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Ebola response in Democratic Republic of the Congo risks slowdown

26 February, Geneva – WHO Director-General Dr Tedros Adhanom Ghebreyesus today called on donors to continue funding the response to the Ebola outbreak in the Democratic Republic of the Congo or risk backsliding. There is an urgent need for US $148 million for all partners involved in the response to continue their work. So far, under US $10 million has been pledged.

The call comes a week ahead of Dr Tedros’ next mission to DRC. He is scheduled to meet President Tshisekedi in Kinshasa before travelling to the Ebola-stricken areas of Butembo and Katwa.

“The situation is unprecedented: there has never been  an Ebola outbreak in these conditions, with such a highly mobile population and  with many gaps in the health system .” said Dr Tedros.

“The security context is another major concern. I am deeply saddened by reports that a health facility run by Médecins Sans Frontières in Katwa was attacked on Sunday night. Nevertheless, together with partners and with the Democratic Republic of the Congo government in the lead, we have made major gains. Hundreds of deaths have been averted, maybe even thousands. But the outbreak is not over and we urgently need additional funding to see it through.”

Over 80,000 people have been vaccinated and over 400 have received treatment. Thousands of suspect cases have been monitored, tested and transferred to other centres once they were confirmed to not have Ebola. More than 40,000 contacts have been identified and reached daily for three weeks each to ensure they did not fall sick as well. WHO alone has shipped over 300 metric tons of supplies, including vaccination supplies and 470,000 sets of personal protective equipment for partners running treatment centres.

Alongside the response in the country, hundreds of health workers, border officers and other responders in neighbouring countries have been trained and prepared for a responding to a potential case.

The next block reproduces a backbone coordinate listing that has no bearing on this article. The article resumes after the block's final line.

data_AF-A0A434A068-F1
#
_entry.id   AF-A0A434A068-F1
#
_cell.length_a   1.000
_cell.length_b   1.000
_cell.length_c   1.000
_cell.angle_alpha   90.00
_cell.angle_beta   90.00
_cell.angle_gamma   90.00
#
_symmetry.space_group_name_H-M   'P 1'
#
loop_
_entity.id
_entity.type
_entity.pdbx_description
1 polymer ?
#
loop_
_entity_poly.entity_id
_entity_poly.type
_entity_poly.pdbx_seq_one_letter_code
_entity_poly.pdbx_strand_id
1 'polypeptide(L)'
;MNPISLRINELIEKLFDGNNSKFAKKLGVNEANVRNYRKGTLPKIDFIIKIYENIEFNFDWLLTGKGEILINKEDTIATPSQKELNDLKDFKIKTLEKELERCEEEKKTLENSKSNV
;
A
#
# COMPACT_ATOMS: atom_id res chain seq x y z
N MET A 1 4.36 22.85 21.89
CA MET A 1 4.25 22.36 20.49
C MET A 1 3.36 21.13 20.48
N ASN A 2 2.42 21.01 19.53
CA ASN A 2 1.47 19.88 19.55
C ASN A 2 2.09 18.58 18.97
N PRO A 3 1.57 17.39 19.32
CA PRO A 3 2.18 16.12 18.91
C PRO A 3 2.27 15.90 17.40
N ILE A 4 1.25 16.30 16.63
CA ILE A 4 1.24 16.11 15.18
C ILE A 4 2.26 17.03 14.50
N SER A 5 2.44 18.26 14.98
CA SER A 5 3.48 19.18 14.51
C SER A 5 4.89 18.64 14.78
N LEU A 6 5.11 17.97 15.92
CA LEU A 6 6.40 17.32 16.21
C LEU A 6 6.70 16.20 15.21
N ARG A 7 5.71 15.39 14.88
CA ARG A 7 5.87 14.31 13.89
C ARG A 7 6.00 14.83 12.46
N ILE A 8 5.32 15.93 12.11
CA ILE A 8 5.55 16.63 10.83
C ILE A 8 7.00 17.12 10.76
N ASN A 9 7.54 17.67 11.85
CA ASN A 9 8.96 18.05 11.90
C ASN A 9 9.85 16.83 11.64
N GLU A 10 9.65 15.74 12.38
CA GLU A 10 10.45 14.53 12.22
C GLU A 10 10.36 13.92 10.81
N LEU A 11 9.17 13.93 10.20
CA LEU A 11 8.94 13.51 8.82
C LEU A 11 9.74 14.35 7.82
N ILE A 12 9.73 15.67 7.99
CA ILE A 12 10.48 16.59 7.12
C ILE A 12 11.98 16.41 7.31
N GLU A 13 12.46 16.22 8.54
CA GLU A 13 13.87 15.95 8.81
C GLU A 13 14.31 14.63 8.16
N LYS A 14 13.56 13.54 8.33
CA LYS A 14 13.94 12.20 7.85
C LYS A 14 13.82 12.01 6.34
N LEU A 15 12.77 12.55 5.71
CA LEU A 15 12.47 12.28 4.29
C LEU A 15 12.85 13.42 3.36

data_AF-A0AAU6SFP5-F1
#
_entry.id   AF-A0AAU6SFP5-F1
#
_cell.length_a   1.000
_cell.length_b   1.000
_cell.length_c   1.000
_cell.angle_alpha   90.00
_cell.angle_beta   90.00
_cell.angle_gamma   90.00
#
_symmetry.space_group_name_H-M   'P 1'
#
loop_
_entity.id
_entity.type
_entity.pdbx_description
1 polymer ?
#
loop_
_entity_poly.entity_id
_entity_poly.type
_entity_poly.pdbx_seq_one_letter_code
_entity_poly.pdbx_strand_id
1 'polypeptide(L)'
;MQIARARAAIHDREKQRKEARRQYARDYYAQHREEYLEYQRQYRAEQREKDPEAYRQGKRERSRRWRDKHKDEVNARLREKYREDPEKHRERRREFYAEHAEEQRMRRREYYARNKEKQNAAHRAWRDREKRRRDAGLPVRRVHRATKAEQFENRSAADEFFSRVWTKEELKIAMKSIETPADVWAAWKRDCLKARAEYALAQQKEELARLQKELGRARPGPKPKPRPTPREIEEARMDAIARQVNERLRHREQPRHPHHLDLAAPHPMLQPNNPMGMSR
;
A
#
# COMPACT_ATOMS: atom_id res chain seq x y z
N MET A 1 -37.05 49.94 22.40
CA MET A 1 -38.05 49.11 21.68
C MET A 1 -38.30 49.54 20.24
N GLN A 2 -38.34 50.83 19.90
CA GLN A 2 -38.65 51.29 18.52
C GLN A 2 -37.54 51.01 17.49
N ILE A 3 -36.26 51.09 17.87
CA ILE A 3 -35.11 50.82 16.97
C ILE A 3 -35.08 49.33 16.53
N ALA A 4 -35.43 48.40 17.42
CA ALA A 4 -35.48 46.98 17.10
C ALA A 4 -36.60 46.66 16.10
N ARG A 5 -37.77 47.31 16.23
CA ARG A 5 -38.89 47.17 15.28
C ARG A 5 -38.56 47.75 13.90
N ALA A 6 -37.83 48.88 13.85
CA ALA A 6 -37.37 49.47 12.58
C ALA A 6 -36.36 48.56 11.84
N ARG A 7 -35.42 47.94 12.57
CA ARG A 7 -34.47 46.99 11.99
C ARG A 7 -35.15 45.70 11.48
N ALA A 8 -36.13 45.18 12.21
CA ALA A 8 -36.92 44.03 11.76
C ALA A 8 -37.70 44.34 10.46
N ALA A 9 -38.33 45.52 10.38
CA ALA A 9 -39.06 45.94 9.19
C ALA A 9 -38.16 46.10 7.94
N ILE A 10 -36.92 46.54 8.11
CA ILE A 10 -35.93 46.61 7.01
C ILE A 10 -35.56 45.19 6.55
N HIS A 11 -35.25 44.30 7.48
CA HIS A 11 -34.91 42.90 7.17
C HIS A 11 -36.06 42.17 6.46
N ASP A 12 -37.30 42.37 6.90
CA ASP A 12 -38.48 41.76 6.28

Response partners have contained the outbreak in successive health zones, and prevented transmission to neighbouring countries, demonstrating that success is possible despite the difficult context. However, the on-going transmission in Butembo and Katwa, with the potential for the outbreak to reach into even more volatile and dangerous areas – where almost no partners could be able to operate. This is why support is needed now. Only if current actions are sustained and intensified will we be able to end this outbreak in the coming months. 

The response plan for the period February to July, which brings together the planned actions and funding needs of all partners, was launched  by the country’s health minister on 13 February. It anchors the response in local health system structures, strengthening the capacities of local responders, especially at provincial and local levels, and deepening the involvement of local communities, especially women’s groups and survivors.

“We have a shared responsibility to end this outbreak,” said Dr Tedros, adding that the continuing generous technical and financial support from the donor community is proof of the global commitment to stopping the outbreak.  “We now need them to join us in the final push. No country or partner can face this deadly virus alone. The impact on public health and the economic ramifications can expand far beyond one country or continent. We promise we won’t relent until we’ve stopped this outbreak. But beating Ebola, wherever it may be, is expensive. It requires all of us to work together.”

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